Saturday, November 25, 2006

Government marketing marriage?

The US Government has decided to market marriage with taxpayer money. If there are clear benefits of marriage, then perhaps promoting it will benefit society. With 4/10 children born out of wedlock in 2005 ,would marriage benefit these children? Does it make a difference when a majority of these births are not to teenage mothers, but women in their 20s?

Ron Haskins of the Brookings Institution claims there are
Four Simple rules to not be poor ( AKA end poverty ) :

1) Graduate from High School
2)Get a job
3)Get married
4)Have a child

The Federal government will spend $100M per year for 5 years promoting marriage, $17B a year for welfare, $35B year for food stamps. The theory is if all those unmarried with children got married - and took on characteristics of those currently married - the poverty rate would drop by 30%. Children would gain because two parent heterosexual and homosexual homes are more stable. Children thrive in an environment low in conflict, which usually have sufficient incomes.

This is quite an undertaking by the Federal Government, because currently there is more emphasis on marriage than education in welfare laws. While all this occurs 10M Americans went hungry , 38M intermittently hungry in 2005. Would marriage have saved them or not?

In reality work,education, and childcare would reduce poverty greater than a marriage certificate. 80% of the fathers of children out wedlock make a median income of $16K, only $4K more than the Federal poverty level. Getting these men a decent education and assisting them in doing so would reap greater benefits than marriage.

Getting married will also not reduce odds of domestic violence. A person does not change their internal characteristics indefinetely once they gain a marriage certificate.

The funding for this project ( $100M annually ) has come from refugee resettlement and Native American development projects. I would rather the money be returned to these programs than squandered on a social experiment.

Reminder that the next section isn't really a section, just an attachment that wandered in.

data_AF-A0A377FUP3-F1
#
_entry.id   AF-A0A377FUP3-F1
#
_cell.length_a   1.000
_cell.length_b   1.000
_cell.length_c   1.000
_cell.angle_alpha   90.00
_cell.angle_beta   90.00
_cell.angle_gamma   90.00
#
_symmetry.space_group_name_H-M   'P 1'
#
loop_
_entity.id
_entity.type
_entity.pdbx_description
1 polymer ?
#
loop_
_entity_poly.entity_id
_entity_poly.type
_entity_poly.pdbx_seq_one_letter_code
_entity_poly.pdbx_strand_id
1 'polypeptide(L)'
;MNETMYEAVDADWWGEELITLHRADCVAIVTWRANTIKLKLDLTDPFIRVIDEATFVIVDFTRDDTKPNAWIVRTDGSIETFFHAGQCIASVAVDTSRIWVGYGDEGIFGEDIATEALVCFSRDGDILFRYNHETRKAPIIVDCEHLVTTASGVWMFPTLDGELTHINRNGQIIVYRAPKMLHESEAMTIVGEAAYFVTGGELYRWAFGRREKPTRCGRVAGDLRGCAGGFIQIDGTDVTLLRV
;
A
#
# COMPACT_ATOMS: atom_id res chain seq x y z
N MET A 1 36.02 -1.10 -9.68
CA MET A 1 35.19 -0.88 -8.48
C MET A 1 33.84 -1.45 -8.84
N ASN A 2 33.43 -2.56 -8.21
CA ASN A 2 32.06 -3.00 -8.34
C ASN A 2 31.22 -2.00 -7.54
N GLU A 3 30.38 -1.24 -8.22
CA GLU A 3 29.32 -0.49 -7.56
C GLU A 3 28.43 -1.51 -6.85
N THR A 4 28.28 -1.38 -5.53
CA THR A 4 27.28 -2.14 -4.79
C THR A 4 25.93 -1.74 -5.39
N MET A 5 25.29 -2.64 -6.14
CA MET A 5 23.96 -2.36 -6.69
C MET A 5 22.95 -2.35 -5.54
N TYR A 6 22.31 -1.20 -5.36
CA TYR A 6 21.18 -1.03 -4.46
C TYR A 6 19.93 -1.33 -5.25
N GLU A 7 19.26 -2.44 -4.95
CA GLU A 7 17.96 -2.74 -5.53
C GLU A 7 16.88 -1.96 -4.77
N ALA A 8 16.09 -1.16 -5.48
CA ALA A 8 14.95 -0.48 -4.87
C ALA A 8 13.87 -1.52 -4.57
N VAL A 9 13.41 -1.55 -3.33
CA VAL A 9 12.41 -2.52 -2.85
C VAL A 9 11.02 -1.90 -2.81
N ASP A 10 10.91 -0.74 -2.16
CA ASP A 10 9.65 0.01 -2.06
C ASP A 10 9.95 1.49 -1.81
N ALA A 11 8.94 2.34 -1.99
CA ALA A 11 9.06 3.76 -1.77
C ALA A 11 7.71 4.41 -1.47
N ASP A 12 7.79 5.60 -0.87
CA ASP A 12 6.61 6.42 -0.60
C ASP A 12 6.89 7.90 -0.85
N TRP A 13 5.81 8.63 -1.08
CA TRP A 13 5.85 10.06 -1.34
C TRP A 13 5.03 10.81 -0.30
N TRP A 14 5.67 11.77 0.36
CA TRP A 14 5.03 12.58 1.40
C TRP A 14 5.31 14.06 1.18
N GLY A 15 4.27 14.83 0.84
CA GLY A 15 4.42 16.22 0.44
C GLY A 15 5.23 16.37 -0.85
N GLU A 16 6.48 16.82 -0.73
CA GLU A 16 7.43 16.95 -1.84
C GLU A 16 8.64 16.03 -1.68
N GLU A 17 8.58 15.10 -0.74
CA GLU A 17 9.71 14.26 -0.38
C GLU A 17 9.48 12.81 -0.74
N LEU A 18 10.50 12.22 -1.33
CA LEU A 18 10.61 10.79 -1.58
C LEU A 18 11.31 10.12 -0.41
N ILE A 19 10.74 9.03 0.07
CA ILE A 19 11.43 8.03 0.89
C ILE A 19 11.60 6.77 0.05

Is this idea really in existence to reduce poverty or promote a social conservative perspective of marriage? I have no qualms with marriage, just the idea that it is a cure-all for poverty. And if it is a cure-all will this notion be applied to those who cannot currently marry - both homosexual and polyamorous?

When a homosexual couple adopts, would their child be better off if they were married? What about bisexuals who get together after having a child with another partner? If this experiment proves correct, that marriage is of utmost importance to reducing poverty for children, social conservatives will be in a predicament regarding homosexual couples. They would have to support them marrying, while denouncing their relationship. How odd reality can be!

And if two incomes are better than one - what about five? What's wrong with a polyfidelitous relationship if it is stable and provides loving nurture to its offspring? That is an avenue few have thought to explore and truly should. These groups exist in America because we are a free nation. To promote only one form of marriage using taxpayer money is not American. You would have to promote all those that work to reduce poverty under this program.

But if you don't agree with my few points, an organization that supports the unmarried has a few more.

1 comment:

Anonymous said...

Can't agree about polyamory, especially with that new court case. We can't really base marriage on "love" or other such fuzzy standards - but on society's expectations of such issues.

You must have heard the radio show on MPR. Link:

There is also some lively debate at: